EXECUTIVE COMMITTEE

TEAM


 Nicolas is Vice President Marketing Anticipation for the Orange Group and as part of that role, has also been leading the Data for Development initiatives of Orange in Ivory-Coast and in Sénégal.  He worked in the past in various strategy and operational marketing positions for affiliates and for the Group in Belgium, in the UK and in France. Before joining Orange, he worked as a consultant for Accenture and The Boston Consulting Group, and is a graduate from Ecole Polytechnique of Brussels.  Nicolas is member of the World Economic Forum’s Council on “The Future of Humanitarian System” and was previously on the “Data-Driven Development” Council. He is a Board member of Paris21 at OCDE, and served on the UN Secretary-General Independent Expert Advisory Group on the “Data Revolution for Development”.  Nicolas is owner of patents in BigData, the internet of things and in 3D Printing, and is a co-founder of Digital Forming, a UK based start-up in Co-Design and 3D printing.

Nicolas is Vice President Marketing Anticipation for the Orange Group and as part of that role, has also been leading the Data for Development initiatives of Orange in Ivory-Coast and in Sénégal.

He worked in the past in various strategy and operational marketing positions for affiliates and for the Group in Belgium, in the UK and in France. Before joining Orange, he worked as a consultant for Accenture and The Boston Consulting Group, and is a graduate from Ecole Polytechnique of Brussels.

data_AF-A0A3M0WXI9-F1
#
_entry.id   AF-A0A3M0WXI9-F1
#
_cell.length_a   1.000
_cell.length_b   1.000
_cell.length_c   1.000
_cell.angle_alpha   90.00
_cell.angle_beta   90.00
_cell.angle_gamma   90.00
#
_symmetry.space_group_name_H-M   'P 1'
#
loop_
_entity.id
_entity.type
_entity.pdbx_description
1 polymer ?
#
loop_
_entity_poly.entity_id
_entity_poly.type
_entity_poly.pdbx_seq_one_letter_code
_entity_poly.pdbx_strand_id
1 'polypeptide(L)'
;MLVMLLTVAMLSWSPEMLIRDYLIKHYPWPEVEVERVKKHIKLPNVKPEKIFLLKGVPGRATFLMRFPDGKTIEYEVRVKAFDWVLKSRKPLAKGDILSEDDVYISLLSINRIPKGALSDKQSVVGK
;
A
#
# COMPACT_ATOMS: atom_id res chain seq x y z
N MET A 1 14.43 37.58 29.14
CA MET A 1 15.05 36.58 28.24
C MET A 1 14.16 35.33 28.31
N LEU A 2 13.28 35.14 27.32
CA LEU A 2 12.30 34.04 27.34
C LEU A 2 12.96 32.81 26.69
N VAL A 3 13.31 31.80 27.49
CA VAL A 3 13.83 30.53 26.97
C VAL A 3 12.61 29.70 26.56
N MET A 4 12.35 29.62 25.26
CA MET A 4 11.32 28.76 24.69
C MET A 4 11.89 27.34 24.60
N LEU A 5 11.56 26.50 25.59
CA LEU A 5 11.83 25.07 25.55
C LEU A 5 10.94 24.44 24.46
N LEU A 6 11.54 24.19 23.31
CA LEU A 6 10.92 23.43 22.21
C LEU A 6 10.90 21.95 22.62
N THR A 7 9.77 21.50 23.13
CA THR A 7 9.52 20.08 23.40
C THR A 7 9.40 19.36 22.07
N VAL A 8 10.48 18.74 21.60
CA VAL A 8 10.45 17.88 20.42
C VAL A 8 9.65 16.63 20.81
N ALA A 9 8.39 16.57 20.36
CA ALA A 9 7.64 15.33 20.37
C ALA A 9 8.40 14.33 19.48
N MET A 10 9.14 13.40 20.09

Nicolas is member of the World Economic Forum’s Council on “The Future of Humanitarian System” and was previously on the “Data-Driven Development” Council. He is a Board member of Paris21 at OCDE, and served on the UN Secretary-General Independent Expert Advisory Group on the “Data Revolution for Development”.

Nicolas is owner of patents in BigData, the internet of things and in 3D Printing, and is a co-founder of Digital Forming, a UK based start-up in Co-Design and 3D printing.

nicolas de cordes

Orange Group

 Yves-Alexandre is an Assistant Professor (Lecturer) at Imperial College London, where he heads the Computational Privacy Group, and a research affiliate at MIT. His research aims at understanding how the unicity of human behavior impacts the privacy of individuals--through re-identification or inference--in rich high-dimensional datasets such as mobile phone, credit cards, or browsing data. Yves-Alexandre was recently named an Innovator under 35 for Belgium (TR35). His research has been published in Science and Nature SRep. and covered by the BBC, CNN, New York Times, Wall Street Journal, Harvard Business Review, Le Monde, Die Spiegel, Die Zeit, El Pais as well as in his TEDx talks. His work on the shortcomings of anonymization has appeared in reports of the World Economic Forum, United Nations, OECD, FTC, and the European Commission. Before coming to MIT, he was a researcher at the Santa Fe Institute in New Mexico. Yves-Alexandre worked for the Boston Consulting Group and acted as an expert for both the Bill and Melinda Gates Foundation and the United Nations. He is a member of the WEF network on AI, IoT and the Future of Trust; the IEEE Global Initiative for Ethical Considerations in Artificial Intelligence and Autonomous Systems; and the OECD Advisory Group on Health Data Governance. He received in PhD from MIT in 2016 and obtained, over a period of 6 years, an M.Sc. from Louvain in Applied Mathematics, a M.Sc. (Centralien) from Ecole Centrale Paris, a M.Sc. from KULeuven in Mathematical Engineering as well as his B.Sc. in engineering at Louvain.